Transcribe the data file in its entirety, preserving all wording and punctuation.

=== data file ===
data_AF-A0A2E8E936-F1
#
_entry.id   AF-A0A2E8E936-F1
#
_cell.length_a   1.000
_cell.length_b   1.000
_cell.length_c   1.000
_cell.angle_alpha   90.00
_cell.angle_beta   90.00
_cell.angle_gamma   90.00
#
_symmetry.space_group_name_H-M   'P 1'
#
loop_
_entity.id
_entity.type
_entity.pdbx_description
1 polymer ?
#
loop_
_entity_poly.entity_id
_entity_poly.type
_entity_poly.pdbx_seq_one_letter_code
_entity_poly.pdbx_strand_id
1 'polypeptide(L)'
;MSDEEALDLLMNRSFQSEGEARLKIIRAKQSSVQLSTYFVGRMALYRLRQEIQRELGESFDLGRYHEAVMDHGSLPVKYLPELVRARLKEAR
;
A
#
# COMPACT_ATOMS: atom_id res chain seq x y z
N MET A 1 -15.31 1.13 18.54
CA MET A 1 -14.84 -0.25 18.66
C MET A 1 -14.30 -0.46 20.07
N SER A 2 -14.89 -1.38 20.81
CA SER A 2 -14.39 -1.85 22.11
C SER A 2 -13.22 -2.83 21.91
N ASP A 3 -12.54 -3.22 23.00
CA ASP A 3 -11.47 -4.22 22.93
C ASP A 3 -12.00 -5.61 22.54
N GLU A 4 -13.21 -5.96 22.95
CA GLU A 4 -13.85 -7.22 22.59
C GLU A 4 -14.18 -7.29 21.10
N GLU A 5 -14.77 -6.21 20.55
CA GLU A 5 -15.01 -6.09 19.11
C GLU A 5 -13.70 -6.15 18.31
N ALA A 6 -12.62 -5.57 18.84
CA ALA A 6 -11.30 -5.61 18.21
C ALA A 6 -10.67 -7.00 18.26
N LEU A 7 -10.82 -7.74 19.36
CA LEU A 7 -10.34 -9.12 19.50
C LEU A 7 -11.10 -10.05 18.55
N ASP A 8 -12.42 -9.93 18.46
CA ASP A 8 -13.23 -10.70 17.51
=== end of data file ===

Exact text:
data_AF-A0A2E8E936-F1
#
_entry.id   AF-A0A2E8E936-F1
#
_cell.length_a   1.000
_cell.length_b   1.000
_cell.length_c   1.000
_cell.angle_alpha   90.00
_cell.angle_beta   90.00
_cell.angle_gamma   90.00
#
_symmetry.space_group_name_H-M   'P 1'
#
loop_
_entity.id
_entity.type
_entity.pdbx_description
1 polymer ?
#
loop_
_entity_poly.entity_id
_entity_poly.type
_entity_poly.pdbx_seq_one_letter_code
_entity_poly.pdbx_strand_id
1 'polypeptide(L)'
;MSDEEALDLLMNRSFQSEGEARLKIIRAKQSSVQLSTYFVGRMALYRLRQEIQRELGESFDLGRYHEAVMDHGSLPVKYLPELVRARLKEAR
;
A
#
# COMPACT_ATOMS: atom_id res chain seq x y z
N MET A 1 -15.31 1.13 18.54
CA MET A 1 -14.84 -0.25 18.66
C MET A 1 -14.30 -0.46 20.07
N SER A 2 -14.89 -1.38 20.81
CA SER A 2 -14.39 -1.85 22.11
C SER A 2 -13.22 -2.83 21.91
N ASP A 3 -12.54 -3.22 23.00
CA ASP A 3 -11.47 -4.22 22.93
C ASP A 3 -12.00 -5.61 22.54
N GLU A 4 -13.21 -5.96 22.95
CA GLU A 4 -13.85 -7.22 22.59
C GLU A 4 -14.18 -7.29 21.10
N GLU A 5 -14.77 -6.21 20.55
CA GLU A 5 -15.01 -6.09 19.11
C GLU A 5 -13.70 -6.15 18.31
N ALA A 6 -12.62 -5.57 18.84
CA ALA A 6 -11.30 -5.61 18.21
C ALA A 6 -10.67 -7.00 18.26
N LEU A 7 -10.82 -7.74 19.36
CA LEU A 7 -10.34 -9.12 19.50
C LEU A 7 -11.10 -10.05 18.55
N ASP A 8 -12.42 -9.93 18.46
CA ASP A 8 -13.23 -10.70 17.51